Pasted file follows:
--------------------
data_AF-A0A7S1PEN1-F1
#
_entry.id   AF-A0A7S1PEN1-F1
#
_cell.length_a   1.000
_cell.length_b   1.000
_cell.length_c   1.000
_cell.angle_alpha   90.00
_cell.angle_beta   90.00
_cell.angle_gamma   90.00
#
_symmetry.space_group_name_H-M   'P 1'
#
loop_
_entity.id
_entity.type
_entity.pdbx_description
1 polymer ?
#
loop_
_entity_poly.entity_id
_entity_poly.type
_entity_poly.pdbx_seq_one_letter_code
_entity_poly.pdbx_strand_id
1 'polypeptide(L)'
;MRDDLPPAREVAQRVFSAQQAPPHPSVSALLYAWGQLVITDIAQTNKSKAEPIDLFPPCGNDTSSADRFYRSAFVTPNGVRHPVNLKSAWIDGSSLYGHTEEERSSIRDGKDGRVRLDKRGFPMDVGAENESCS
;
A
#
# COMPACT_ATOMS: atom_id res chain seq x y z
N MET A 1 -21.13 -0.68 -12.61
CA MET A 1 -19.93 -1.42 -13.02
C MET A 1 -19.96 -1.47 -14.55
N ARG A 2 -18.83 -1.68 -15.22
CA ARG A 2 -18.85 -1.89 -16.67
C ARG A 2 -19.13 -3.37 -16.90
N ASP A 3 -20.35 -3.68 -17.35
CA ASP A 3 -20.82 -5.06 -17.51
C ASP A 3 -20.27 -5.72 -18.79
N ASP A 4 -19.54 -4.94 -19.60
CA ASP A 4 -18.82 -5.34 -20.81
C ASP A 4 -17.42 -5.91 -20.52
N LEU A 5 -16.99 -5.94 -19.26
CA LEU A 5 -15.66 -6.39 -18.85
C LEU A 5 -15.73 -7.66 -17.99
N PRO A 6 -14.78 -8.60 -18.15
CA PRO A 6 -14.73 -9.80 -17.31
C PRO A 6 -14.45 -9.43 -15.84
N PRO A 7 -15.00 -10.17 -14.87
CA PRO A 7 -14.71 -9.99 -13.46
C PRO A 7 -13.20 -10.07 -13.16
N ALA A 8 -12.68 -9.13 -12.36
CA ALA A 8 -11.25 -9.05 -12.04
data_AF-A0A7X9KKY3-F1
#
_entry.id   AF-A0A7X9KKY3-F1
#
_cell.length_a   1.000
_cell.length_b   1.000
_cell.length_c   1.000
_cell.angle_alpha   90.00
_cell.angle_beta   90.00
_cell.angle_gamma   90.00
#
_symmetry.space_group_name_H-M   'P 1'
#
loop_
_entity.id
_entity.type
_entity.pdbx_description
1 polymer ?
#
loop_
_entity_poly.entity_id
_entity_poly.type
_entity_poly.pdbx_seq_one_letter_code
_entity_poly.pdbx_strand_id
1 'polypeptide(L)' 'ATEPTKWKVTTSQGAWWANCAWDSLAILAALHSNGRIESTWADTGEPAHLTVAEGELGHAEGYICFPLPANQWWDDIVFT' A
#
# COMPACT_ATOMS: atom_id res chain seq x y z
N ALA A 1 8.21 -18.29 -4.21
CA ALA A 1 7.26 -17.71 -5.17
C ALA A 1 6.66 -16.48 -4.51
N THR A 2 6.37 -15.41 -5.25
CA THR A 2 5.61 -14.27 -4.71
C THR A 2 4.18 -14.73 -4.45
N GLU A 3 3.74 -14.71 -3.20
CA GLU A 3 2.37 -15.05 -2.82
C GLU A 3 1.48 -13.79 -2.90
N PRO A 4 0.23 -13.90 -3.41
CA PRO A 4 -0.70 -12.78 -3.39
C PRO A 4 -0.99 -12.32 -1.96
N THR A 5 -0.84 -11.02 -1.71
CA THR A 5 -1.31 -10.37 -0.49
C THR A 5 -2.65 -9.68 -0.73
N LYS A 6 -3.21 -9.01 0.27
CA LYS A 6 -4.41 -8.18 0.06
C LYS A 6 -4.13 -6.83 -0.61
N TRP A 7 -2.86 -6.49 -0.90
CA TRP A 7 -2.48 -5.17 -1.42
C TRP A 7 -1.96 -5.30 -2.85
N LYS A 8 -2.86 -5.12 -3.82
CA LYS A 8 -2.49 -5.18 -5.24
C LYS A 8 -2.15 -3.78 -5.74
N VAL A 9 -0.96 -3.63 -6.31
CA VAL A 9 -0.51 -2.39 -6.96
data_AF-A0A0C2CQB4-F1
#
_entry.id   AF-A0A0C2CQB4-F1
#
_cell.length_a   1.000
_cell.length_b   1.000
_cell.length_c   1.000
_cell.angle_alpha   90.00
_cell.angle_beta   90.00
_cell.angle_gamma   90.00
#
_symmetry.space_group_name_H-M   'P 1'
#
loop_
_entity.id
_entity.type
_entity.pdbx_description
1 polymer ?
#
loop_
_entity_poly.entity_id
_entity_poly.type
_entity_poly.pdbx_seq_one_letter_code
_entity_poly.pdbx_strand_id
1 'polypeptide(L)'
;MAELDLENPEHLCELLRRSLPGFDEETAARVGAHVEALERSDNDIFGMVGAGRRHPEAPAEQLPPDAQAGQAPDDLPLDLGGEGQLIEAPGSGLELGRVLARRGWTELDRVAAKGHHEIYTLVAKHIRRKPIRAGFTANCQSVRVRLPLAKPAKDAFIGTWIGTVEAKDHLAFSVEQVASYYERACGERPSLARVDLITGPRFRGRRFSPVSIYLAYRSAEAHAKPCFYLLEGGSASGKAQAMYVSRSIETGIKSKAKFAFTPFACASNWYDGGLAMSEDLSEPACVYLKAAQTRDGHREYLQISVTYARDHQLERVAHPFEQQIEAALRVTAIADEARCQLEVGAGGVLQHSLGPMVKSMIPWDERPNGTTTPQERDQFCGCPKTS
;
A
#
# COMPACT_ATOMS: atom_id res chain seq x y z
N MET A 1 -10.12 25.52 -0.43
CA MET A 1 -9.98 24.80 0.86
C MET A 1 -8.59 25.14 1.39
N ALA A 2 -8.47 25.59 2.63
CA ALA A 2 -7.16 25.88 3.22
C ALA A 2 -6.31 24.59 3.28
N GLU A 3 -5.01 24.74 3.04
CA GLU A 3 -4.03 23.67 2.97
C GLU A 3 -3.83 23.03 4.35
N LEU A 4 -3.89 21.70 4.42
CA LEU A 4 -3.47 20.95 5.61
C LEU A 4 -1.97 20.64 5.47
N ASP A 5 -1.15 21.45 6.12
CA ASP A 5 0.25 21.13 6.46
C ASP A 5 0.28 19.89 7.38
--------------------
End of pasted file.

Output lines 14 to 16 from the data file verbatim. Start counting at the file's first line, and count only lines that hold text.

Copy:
loop_
_entity.id
_entity.type